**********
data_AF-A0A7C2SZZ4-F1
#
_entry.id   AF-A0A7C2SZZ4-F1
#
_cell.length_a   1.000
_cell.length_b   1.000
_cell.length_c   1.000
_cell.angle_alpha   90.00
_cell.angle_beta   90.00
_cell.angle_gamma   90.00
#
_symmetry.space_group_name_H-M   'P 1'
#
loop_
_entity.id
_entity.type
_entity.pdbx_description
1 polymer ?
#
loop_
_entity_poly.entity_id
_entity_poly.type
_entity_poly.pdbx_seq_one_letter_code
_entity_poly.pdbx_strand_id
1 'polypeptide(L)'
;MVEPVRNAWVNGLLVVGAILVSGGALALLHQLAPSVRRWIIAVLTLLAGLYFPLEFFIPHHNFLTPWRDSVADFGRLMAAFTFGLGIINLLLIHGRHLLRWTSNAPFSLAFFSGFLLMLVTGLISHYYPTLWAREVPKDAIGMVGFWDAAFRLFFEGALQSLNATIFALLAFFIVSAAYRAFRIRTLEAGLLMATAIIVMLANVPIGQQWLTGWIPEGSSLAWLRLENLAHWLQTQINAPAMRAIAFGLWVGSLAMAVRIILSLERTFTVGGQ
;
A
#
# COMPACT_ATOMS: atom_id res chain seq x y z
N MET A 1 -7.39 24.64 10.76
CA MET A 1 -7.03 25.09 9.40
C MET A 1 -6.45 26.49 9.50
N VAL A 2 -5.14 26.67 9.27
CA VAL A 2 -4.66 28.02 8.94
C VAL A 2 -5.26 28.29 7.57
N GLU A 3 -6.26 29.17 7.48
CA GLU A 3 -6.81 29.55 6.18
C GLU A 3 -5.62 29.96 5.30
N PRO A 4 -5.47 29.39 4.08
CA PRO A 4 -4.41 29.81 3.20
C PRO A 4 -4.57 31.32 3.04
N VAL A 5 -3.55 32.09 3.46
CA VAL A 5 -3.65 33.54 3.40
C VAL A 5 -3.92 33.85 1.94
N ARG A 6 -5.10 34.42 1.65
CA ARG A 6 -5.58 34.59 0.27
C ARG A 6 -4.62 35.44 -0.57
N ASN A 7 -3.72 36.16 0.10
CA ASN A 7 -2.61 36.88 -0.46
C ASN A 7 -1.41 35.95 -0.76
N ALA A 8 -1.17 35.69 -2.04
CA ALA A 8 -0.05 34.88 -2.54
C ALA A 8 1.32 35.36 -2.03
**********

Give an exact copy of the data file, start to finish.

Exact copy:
data_AF-A0A7C2SZZ4-F1
#
_entry.id   AF-A0A7C2SZZ4-F1
#
_cell.length_a   1.000
_cell.length_b   1.000
_cell.length_c   1.000
_cell.angle_alpha   90.00
_cell.angle_beta   90.00
_cell.angle_gamma   90.00
#
_symmetry.space_group_name_H-M   'P 1'
#
loop_
_entity.id
_entity.type
_entity.pdbx_description
1 polymer ?
#
loop_
_entity_poly.entity_id
_entity_poly.type
_entity_poly.pdbx_seq_one_letter_code
_entity_poly.pdbx_strand_id
1 'polypeptide(L)'
;MVEPVRNAWVNGLLVVGAILVSGGALALLHQLAPSVRRWIIAVLTLLAGLYFPLEFFIPHHNFLTPWRDSVADFGRLMAAFTFGLGIINLLLIHGRHLLRWTSNAPFSLAFFSGFLLMLVTGLISHYYPTLWAREVPKDAIGMVGFWDAAFRLFFEGALQSLNATIFALLAFFIVSAAYRAFRIRTLEAGLLMATAIIVMLANVPIGQQWLTGWIPEGSSLAWLRLENLAHWLQTQINAPAMRAIAFGLWVGSLAMAVRIILSLERTFTVGGQ
;
A
#
# COMPACT_ATOMS: atom_id res chain seq x y z
N MET A 1 -7.39 24.64 10.76
CA MET A 1 -7.03 25.09 9.40
C MET A 1 -6.45 26.49 9.50
N VAL A 2 -5.14 26.67 9.27
CA VAL A 2 -4.66 28.02 8.94
C VAL A 2 -5.26 28.29 7.57
N GLU A 3 -6.26 29.17 7.48
CA GLU A 3 -6.81 29.55 6.18
C GLU A 3 -5.62 29.96 5.30
N PRO A 4 -5.47 29.39 4.08
CA PRO A 4 -4.41 29.81 3.20
C PRO A 4 -4.57 31.32 3.04
N VAL A 5 -3.55 32.09 3.46
CA VAL A 5 -3.65 33.54 3.40
C VAL A 5 -3.92 33.85 1.94
N ARG A 6 -5.10 34.42 1.65
CA ARG A 6 -5.58 34.59 0.27
C ARG A 6 -4.62 35.44 -0.57
N ASN A 7 -3.72 36.16 0.10
CA ASN A 7 -2.61 36.88 -0.46
C ASN A 7 -1.41 35.95 -0.76
N ALA A 8 -1.17 35.69 -2.04
CA ALA A 8 -0.05 34.88 -2.54
C ALA A 8 1.32 35.36 -2.03